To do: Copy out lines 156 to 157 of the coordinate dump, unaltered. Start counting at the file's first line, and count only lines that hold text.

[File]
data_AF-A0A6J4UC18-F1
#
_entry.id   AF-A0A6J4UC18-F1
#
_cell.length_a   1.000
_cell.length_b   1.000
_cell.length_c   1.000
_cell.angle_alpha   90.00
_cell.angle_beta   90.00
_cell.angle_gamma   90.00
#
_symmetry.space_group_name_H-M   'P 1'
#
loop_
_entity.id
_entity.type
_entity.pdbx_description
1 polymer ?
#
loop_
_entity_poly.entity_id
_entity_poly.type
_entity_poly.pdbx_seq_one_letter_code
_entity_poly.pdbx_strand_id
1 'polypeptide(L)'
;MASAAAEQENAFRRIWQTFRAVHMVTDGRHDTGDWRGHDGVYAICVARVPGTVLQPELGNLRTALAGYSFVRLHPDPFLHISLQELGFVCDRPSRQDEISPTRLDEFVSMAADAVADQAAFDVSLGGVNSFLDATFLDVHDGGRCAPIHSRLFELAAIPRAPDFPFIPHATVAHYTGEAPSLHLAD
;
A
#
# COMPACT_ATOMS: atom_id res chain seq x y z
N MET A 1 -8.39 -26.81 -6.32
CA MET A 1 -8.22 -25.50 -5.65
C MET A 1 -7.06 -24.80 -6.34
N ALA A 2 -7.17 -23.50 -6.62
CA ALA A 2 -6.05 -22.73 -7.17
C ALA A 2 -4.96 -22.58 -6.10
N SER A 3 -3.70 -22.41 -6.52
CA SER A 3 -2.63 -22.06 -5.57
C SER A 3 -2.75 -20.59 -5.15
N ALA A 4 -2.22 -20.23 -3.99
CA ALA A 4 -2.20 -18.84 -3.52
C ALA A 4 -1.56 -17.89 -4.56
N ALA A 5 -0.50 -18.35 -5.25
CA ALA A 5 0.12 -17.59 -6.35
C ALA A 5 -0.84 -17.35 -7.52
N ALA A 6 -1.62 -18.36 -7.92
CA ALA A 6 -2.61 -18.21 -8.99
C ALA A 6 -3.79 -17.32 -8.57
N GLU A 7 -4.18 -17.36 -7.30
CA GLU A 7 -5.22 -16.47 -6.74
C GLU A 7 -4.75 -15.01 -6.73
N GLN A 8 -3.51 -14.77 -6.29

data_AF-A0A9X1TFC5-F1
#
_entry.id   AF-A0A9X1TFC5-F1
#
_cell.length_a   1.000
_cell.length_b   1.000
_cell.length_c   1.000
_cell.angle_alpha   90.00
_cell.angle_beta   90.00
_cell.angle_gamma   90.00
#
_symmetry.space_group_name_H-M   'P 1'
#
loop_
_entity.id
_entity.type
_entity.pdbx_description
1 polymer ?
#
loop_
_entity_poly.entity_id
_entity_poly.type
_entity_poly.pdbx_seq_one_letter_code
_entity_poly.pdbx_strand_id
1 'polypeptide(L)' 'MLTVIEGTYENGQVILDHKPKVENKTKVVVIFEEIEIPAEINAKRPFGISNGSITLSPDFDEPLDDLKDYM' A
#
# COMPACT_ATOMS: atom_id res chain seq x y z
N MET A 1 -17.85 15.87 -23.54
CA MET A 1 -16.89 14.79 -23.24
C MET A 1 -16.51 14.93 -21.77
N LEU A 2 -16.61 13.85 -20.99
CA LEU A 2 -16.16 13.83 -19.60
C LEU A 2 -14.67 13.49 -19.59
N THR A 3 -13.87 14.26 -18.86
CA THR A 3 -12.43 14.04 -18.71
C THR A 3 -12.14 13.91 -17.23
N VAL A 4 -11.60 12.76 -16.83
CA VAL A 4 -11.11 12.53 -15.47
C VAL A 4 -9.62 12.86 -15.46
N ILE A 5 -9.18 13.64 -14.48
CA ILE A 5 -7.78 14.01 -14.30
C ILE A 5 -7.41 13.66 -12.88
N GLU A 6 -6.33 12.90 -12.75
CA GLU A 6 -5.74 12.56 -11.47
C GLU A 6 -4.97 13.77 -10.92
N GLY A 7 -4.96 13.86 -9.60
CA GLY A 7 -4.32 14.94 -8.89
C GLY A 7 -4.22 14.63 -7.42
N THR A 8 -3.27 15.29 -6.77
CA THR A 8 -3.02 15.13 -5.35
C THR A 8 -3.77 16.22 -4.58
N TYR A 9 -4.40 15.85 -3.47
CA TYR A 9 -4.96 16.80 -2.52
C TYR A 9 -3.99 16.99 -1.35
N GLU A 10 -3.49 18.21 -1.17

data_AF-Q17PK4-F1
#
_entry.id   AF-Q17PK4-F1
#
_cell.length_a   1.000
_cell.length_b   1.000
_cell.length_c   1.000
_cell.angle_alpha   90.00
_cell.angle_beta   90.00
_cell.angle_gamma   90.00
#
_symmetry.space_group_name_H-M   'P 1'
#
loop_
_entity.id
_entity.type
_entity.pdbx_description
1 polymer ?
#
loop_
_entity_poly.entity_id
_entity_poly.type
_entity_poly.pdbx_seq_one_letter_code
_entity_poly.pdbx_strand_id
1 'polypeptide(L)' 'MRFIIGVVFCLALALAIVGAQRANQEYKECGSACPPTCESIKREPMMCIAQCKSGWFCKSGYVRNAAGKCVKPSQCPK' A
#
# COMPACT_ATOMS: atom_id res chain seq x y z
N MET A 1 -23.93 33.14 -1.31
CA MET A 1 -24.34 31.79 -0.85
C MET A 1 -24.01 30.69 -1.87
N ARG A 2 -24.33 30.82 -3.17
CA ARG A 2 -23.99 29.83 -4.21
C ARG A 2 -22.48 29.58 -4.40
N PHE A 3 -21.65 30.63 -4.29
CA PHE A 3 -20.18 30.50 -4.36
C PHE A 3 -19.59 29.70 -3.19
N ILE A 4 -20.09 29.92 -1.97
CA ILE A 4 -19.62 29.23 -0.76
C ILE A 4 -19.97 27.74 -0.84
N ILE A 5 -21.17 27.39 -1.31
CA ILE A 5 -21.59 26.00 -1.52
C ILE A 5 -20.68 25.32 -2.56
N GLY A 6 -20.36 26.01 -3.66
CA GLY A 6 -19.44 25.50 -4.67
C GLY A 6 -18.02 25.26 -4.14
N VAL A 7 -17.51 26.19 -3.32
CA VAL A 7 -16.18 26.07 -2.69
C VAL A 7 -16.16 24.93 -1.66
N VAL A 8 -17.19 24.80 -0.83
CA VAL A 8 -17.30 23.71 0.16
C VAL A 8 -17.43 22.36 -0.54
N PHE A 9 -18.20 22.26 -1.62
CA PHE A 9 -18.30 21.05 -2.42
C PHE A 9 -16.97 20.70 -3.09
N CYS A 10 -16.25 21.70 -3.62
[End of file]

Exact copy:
N VAL A 8 -17.19 24.80 -0.83
CA VAL A 8 -17.30 23.71 0.16